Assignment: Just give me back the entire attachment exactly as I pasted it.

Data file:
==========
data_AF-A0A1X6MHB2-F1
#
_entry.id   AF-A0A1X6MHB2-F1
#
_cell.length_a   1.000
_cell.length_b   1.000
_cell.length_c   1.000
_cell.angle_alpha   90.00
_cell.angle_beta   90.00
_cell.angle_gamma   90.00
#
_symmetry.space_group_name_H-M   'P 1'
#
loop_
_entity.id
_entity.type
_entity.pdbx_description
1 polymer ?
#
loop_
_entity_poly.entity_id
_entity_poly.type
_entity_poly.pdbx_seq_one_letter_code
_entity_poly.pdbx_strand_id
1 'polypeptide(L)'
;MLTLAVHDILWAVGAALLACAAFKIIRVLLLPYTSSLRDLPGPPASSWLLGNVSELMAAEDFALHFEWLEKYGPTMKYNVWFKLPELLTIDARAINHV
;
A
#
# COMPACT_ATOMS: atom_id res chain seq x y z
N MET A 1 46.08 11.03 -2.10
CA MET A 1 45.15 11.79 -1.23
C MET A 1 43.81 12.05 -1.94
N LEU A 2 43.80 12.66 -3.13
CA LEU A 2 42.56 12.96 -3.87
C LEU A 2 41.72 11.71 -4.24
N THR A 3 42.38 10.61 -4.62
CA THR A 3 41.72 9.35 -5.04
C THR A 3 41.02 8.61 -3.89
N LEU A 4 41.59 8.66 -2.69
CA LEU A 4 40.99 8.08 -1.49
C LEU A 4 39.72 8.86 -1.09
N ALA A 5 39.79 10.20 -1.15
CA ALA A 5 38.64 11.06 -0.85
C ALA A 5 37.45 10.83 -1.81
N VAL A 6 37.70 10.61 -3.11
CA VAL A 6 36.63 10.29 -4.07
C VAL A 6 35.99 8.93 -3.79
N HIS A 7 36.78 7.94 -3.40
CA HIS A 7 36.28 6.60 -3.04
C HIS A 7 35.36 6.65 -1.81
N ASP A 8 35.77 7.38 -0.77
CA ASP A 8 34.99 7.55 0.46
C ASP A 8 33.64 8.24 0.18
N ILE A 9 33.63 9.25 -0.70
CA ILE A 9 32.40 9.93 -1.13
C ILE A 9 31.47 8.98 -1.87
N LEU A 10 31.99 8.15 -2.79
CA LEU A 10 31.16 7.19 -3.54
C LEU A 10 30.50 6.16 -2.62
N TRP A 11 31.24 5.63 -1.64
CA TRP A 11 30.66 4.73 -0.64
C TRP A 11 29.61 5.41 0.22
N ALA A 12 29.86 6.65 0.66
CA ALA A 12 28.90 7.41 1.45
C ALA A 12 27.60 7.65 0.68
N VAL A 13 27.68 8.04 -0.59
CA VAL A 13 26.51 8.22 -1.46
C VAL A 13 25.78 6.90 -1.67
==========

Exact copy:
data_AF-A0A1X6MHB2-F1
#
_entry.id   AF-A0A1X6MHB2-F1
#
_cell.length_a   1.000
_cell.length_b   1.000
_cell.length_c   1.000
_cell.angle_alpha   90.00
_cell.angle_beta   90.00
_cell.angle_gamma   90.00
#
_symmetry.space_group_name_H-M   'P 1'
#
loop_
_entity.id
_entity.type
_entity.pdbx_description
1 polymer ?
#
loop_
_entity_poly.entity_id
_entity_poly.type
_entity_poly.pdbx_seq_one_letter_code
_entity_poly.pdbx_strand_id
1 'polypeptide(L)'
;MLTLAVHDILWAVGAALLACAAFKIIRVLLLPYTSSLRDLPGPPASSWLLGNVSELMAAEDFALHFEWLEKYGPTMKYNVWFKLPELLTIDARAINHV
;
A
#
# COMPACT_ATOMS: atom_id res chain seq x y z
N MET A 1 46.08 11.03 -2.10
CA MET A 1 45.15 11.79 -1.23
C MET A 1 43.81 12.05 -1.94
N LEU A 2 43.80 12.66 -3.13
CA LEU A 2 42.56 12.96 -3.87
C LEU A 2 41.72 11.71 -4.24
N THR A 3 42.38 10.61 -4.62
CA THR A 3 41.72 9.35 -5.04
C THR A 3 41.02 8.61 -3.89
N LEU A 4 41.59 8.66 -2.69
CA LEU A 4 40.99 8.08 -1.49
C LEU A 4 39.72 8.86 -1.09
N ALA A 5 39.79 10.20 -1.15
CA ALA A 5 38.64 11.06 -0.85
C ALA A 5 37.45 10.83 -1.81
N VAL A 6 37.70 10.61 -3.11
CA VAL A 6 36.63 10.29 -4.07
C VAL A 6 35.99 8.93 -3.79
N HIS A 7 36.78 7.94 -3.40
CA HIS A 7 36.28 6.60 -3.04
C HIS A 7 35.36 6.65 -1.81
N ASP A 8 35.77 7.38 -0.77
CA ASP A 8 34.99 7.55 0.46
C ASP A 8 33.64 8.24 0.18
N ILE A 9 33.63 9.25 -0.70
CA ILE A 9 32.40 9.93 -1.13
C ILE A 9 31.47 8.98 -1.87
N LEU A 10 31.99 8.15 -2.79
CA LEU A 10 31.16 7.19 -3.54
C LEU A 10 30.50 6.16 -2.62
N TRP A 11 31.24 5.63 -1.64
CA TRP A 11 30.66 4.73 -0.64
C TRP A 11 29.61 5.41 0.22
N ALA A 12 29.86 6.65 0.66
CA ALA A 12 28.90 7.41 1.45
C ALA A 12 27.60 7.65 0.68
N VAL A 13 27.68 8.04 -0.59
CA VAL A 13 26.51 8.22 -1.46
C VAL A 13 25.78 6.90 -1.67